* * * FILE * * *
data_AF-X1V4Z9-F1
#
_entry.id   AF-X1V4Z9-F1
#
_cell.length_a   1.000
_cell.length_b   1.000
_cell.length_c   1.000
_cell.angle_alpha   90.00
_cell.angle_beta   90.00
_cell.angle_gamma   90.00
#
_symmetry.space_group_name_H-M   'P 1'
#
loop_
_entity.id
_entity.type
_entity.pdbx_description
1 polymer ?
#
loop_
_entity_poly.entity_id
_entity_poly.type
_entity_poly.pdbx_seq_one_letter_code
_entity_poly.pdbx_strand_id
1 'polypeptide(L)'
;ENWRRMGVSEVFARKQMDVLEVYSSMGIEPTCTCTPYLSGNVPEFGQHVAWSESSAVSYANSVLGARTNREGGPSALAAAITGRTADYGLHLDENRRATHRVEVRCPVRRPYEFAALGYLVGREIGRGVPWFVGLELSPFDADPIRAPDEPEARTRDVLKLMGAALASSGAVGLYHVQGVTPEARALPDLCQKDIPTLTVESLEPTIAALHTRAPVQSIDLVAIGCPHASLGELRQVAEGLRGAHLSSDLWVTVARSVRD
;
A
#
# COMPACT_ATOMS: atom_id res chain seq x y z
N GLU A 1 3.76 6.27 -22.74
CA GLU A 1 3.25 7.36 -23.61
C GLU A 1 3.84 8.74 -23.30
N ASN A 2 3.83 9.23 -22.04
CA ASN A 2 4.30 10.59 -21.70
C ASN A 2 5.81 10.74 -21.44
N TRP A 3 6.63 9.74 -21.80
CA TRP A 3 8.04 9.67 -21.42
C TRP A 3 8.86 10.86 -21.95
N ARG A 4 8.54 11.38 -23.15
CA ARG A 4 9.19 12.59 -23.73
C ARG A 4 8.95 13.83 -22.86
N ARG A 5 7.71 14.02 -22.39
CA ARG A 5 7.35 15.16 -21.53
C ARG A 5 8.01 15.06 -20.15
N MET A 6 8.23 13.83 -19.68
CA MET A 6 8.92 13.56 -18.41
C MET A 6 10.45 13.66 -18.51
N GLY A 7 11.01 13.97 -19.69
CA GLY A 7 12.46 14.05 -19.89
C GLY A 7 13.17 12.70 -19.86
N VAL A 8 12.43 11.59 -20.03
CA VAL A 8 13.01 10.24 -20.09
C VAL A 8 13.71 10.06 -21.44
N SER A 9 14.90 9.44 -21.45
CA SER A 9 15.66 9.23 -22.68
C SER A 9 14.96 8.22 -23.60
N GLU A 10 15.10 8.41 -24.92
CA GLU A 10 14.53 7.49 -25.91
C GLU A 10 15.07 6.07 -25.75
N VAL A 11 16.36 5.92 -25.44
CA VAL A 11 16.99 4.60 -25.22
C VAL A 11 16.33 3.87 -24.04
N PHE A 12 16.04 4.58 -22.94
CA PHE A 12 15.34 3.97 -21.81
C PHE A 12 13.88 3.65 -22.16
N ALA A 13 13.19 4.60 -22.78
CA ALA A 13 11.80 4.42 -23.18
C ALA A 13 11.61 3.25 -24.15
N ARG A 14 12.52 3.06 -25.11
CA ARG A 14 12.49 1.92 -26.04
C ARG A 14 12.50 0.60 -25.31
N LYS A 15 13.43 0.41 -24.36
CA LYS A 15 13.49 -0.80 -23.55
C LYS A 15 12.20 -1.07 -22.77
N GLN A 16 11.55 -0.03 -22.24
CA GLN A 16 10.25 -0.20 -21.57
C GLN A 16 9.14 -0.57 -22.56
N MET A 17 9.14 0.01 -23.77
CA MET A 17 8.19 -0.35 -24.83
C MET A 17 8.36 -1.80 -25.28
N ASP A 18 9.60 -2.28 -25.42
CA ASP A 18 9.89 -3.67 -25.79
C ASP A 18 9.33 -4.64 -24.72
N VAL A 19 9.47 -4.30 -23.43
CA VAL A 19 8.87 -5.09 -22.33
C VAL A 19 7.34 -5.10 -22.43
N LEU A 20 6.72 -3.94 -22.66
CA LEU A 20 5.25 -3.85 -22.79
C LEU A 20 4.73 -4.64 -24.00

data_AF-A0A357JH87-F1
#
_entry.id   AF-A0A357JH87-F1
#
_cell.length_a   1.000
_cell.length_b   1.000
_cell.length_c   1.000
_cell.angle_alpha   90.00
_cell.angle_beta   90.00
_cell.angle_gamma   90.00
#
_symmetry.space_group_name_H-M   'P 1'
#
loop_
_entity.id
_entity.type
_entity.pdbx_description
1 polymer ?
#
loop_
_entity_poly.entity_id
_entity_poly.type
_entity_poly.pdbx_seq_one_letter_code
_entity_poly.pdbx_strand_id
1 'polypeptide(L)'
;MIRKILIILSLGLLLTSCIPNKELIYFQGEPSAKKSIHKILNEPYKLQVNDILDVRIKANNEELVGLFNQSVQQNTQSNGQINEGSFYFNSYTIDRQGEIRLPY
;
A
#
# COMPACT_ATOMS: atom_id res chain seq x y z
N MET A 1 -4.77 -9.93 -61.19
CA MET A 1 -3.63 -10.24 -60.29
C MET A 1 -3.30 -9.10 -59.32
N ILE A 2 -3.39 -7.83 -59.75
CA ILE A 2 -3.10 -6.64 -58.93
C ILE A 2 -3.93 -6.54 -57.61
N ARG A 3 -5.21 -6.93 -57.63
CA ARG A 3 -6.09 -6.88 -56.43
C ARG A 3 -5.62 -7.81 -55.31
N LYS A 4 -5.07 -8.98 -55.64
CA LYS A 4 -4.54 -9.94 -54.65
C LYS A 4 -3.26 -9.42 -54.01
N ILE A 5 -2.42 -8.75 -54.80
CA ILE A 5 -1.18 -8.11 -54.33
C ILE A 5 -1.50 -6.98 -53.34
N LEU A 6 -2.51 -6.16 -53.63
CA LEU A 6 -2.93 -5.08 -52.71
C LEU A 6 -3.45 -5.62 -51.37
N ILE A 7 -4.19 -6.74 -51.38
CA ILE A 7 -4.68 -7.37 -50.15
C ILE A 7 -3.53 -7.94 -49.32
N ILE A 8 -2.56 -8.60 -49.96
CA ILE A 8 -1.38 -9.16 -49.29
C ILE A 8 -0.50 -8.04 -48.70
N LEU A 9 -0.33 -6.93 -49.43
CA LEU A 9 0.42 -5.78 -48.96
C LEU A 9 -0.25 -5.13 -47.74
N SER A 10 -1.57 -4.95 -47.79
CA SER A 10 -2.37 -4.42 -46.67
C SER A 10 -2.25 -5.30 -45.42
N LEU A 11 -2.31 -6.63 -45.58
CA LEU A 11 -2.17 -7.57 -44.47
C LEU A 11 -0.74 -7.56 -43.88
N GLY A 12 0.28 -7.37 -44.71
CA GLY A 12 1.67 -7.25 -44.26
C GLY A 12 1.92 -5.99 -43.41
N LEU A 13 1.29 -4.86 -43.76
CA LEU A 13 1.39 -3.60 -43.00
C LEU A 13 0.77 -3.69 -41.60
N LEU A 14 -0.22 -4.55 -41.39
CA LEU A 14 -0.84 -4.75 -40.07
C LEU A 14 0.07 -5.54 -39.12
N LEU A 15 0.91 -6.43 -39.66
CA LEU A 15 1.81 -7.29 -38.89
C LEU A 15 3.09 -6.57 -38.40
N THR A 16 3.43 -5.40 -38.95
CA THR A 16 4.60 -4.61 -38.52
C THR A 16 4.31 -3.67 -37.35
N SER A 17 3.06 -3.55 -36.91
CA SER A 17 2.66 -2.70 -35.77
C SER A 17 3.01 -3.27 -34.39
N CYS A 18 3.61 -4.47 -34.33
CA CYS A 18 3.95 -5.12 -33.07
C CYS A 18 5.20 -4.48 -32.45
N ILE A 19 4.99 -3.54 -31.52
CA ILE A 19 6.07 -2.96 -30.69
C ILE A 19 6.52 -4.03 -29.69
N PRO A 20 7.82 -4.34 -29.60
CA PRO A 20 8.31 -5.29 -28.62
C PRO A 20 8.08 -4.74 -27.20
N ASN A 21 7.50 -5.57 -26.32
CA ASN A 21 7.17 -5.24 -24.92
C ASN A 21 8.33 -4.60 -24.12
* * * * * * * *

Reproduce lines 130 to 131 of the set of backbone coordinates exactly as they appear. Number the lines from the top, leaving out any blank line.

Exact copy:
N LYS A 4 -5.07 -8.98 -55.64
CA LYS A 4 -4.54 -9.94 -54.65